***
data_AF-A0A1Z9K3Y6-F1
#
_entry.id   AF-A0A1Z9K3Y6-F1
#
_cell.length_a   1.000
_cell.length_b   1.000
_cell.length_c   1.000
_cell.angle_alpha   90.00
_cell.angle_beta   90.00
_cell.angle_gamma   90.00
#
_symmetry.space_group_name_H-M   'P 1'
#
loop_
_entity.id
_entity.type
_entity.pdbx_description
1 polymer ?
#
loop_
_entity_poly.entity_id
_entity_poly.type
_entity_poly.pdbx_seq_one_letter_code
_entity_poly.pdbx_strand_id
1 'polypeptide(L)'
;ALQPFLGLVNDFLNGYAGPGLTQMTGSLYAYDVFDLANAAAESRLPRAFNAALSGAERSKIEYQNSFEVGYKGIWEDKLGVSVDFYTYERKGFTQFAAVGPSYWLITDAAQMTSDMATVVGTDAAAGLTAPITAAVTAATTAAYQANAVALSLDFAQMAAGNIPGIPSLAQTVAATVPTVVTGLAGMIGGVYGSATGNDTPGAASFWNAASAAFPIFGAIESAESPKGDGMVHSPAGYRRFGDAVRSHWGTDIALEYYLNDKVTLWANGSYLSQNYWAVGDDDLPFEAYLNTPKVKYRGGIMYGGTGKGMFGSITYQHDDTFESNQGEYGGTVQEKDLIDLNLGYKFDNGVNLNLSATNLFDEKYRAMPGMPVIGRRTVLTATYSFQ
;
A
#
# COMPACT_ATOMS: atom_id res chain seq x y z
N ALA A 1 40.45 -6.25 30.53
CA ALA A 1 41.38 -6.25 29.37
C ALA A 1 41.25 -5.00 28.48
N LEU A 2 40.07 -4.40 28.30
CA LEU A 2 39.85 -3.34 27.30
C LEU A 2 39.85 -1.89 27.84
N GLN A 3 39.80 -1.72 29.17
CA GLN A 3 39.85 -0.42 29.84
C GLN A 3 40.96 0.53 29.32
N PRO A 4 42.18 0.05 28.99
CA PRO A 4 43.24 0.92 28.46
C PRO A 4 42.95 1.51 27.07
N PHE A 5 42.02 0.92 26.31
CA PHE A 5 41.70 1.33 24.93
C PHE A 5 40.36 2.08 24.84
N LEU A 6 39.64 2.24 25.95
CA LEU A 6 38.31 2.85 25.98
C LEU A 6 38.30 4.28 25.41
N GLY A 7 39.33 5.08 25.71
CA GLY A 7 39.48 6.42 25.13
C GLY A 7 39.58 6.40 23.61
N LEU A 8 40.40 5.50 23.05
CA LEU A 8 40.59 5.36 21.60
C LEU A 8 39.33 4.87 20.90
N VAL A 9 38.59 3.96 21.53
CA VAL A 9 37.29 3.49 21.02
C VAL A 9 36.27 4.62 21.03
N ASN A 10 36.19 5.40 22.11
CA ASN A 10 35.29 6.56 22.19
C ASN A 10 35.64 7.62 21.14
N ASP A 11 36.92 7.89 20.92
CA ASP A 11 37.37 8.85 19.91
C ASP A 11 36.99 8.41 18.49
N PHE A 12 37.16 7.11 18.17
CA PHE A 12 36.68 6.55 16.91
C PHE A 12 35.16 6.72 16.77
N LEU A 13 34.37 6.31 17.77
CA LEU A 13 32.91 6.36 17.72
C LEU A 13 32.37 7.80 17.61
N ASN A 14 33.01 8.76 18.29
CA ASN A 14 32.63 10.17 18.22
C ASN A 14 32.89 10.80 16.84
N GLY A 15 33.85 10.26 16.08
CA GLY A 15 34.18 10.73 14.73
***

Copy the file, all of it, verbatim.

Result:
data_AF-A0A1Z9K3Y6-F1
#
_entry.id   AF-A0A1Z9K3Y6-F1
#
_cell.length_a   1.000
_cell.length_b   1.000
_cell.length_c   1.000
_cell.angle_alpha   90.00
_cell.angle_beta   90.00
_cell.angle_gamma   90.00
#
_symmetry.space_group_name_H-M   'P 1'
#
loop_
_entity.id
_entity.type
_entity.pdbx_description
1 polymer ?
#
loop_
_entity_poly.entity_id
_entity_poly.type
_entity_poly.pdbx_seq_one_letter_code
_entity_poly.pdbx_strand_id
1 'polypeptide(L)'
;ALQPFLGLVNDFLNGYAGPGLTQMTGSLYAYDVFDLANAAAESRLPRAFNAALSGAERSKIEYQNSFEVGYKGIWEDKLGVSVDFYTYERKGFTQFAAVGPSYWLITDAAQMTSDMATVVGTDAAAGLTAPITAAVTAATTAAYQANAVALSLDFAQMAAGNIPGIPSLAQTVAATVPTVVTGLAGMIGGVYGSATGNDTPGAASFWNAASAAFPIFGAIESAESPKGDGMVHSPAGYRRFGDAVRSHWGTDIALEYYLNDKVTLWANGSYLSQNYWAVGDDDLPFEAYLNTPKVKYRGGIMYGGTGKGMFGSITYQHDDTFESNQGEYGGTVQEKDLIDLNLGYKFDNGVNLNLSATNLFDEKYRAMPGMPVIGRRTVLTATYSFQ
;
A
#
# COMPACT_ATOMS: atom_id res chain seq x y z
N ALA A 1 40.45 -6.25 30.53
CA ALA A 1 41.38 -6.25 29.37
C ALA A 1 41.25 -5.00 28.48
N LEU A 2 40.07 -4.40 28.30
CA LEU A 2 39.85 -3.34 27.30
C LEU A 2 39.85 -1.89 27.84
N GLN A 3 39.80 -1.72 29.17
CA GLN A 3 39.85 -0.42 29.84
C GLN A 3 40.96 0.53 29.32
N PRO A 4 42.18 0.05 28.99
CA PRO A 4 43.24 0.92 28.46
C PRO A 4 42.95 1.51 27.07
N PHE A 5 42.02 0.92 26.31
CA PHE A 5 41.70 1.33 24.93
C PHE A 5 40.36 2.08 24.84
N LEU A 6 39.64 2.24 25.95
CA LEU A 6 38.31 2.85 25.98
C LEU A 6 38.30 4.28 25.41
N GLY A 7 39.33 5.08 25.71
CA GLY A 7 39.48 6.42 25.13
C GLY A 7 39.58 6.40 23.61
N LEU A 8 40.40 5.50 23.05
CA LEU A 8 40.59 5.36 21.60
C LEU A 8 39.33 4.87 20.90
N VAL A 9 38.59 3.96 21.53
CA VAL A 9 37.29 3.49 21.02
C VAL A 9 36.27 4.62 21.03
N ASN A 10 36.19 5.40 22.11
CA ASN A 10 35.29 6.56 22.19
C ASN A 10 35.64 7.62 21.14
N ASP A 11 36.92 7.89 20.92
CA ASP A 11 37.37 8.85 19.91
C ASP A 11 36.99 8.41 18.49
N PHE A 12 37.16 7.11 18.17
CA PHE A 12 36.68 6.55 16.91
C PHE A 12 35.16 6.72 16.77
N LEU A 13 34.37 6.31 17.77
CA LEU A 13 32.91 6.36 17.72
C LEU A 13 32.37 7.80 17.61
N ASN A 14 33.01 8.76 18.29
CA ASN A 14 32.63 10.17 18.22
C ASN A 14 32.89 10.80 16.84
N GLY A 15 33.85 10.26 16.08
CA GLY A 15 34.18 10.73 14.73